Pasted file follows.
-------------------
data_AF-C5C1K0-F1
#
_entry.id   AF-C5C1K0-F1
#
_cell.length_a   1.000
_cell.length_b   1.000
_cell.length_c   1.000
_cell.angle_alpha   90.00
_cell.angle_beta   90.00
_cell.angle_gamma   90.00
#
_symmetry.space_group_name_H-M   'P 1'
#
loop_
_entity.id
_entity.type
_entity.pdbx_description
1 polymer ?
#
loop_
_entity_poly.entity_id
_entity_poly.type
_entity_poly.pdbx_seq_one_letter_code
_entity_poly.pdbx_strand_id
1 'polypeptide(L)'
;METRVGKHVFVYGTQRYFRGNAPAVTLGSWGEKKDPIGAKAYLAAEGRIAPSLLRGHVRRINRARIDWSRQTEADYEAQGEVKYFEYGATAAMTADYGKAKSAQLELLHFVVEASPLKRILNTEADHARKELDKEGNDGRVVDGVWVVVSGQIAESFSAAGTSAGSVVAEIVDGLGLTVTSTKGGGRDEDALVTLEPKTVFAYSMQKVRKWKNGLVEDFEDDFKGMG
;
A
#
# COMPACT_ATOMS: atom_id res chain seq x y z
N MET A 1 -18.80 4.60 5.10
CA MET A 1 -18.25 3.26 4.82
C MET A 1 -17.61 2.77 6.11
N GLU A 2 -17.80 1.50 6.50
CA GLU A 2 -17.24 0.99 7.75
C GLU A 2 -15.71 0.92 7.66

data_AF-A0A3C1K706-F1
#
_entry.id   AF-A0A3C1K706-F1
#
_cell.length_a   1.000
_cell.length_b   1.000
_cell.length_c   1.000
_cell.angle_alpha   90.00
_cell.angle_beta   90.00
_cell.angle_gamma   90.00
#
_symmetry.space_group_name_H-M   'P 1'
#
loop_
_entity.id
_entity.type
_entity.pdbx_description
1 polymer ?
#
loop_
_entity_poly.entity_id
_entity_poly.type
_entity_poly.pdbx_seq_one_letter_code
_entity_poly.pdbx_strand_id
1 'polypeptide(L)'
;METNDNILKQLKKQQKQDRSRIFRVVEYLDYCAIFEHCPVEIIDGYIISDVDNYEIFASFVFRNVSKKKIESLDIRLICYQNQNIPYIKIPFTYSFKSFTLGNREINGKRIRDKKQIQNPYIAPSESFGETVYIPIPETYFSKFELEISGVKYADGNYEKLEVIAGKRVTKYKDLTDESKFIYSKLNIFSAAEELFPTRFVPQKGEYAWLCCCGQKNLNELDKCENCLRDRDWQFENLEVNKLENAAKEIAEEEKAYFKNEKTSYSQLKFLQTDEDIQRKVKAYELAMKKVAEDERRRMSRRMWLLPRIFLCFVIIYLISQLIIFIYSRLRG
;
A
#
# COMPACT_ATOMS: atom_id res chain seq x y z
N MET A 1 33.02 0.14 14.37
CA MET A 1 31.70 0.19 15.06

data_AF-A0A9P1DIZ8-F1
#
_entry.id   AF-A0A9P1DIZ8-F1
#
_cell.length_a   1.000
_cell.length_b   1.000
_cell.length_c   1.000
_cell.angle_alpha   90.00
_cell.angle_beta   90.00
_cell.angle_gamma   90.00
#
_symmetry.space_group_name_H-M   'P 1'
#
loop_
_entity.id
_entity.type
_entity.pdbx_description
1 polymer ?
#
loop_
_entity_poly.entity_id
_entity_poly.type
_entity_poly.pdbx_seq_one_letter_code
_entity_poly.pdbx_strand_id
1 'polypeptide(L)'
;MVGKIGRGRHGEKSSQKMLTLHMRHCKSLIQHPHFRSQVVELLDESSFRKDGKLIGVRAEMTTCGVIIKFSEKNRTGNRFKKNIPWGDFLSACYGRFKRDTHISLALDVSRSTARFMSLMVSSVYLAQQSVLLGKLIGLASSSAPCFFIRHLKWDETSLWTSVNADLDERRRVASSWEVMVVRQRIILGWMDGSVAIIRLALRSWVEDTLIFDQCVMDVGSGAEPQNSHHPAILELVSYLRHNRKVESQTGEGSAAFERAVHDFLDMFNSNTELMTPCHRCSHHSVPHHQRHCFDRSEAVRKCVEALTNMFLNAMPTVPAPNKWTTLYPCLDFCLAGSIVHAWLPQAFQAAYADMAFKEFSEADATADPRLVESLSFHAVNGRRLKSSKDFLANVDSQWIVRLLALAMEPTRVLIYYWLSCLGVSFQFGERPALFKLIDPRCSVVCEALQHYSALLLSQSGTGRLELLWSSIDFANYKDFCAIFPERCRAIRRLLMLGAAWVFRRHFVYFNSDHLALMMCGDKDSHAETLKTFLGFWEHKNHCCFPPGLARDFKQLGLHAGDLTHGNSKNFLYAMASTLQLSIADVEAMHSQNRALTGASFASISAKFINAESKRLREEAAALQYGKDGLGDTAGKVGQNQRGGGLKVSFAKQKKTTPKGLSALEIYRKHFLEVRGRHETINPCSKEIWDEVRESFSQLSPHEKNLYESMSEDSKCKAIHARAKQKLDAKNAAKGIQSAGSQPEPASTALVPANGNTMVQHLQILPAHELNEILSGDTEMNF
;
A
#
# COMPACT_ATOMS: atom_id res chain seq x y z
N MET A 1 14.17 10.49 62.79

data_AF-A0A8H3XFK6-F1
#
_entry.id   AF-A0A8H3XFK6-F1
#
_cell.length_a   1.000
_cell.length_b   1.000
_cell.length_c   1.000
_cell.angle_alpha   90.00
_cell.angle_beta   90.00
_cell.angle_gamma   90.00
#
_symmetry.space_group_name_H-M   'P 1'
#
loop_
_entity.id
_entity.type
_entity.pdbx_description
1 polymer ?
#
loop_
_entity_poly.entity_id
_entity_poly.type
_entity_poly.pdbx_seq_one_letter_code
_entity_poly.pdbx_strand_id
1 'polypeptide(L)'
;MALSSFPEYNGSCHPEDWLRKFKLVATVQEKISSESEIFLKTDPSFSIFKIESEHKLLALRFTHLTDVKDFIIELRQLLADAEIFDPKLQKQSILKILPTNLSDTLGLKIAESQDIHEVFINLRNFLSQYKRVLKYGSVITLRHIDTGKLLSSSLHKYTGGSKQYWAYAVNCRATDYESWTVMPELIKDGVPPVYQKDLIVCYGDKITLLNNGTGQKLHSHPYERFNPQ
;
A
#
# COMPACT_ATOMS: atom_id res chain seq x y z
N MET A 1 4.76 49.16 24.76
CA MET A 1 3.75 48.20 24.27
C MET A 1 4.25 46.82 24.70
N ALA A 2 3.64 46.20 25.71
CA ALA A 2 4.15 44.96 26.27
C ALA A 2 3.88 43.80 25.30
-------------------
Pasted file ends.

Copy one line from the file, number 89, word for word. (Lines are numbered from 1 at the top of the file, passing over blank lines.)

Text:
_entity_poly.entity_id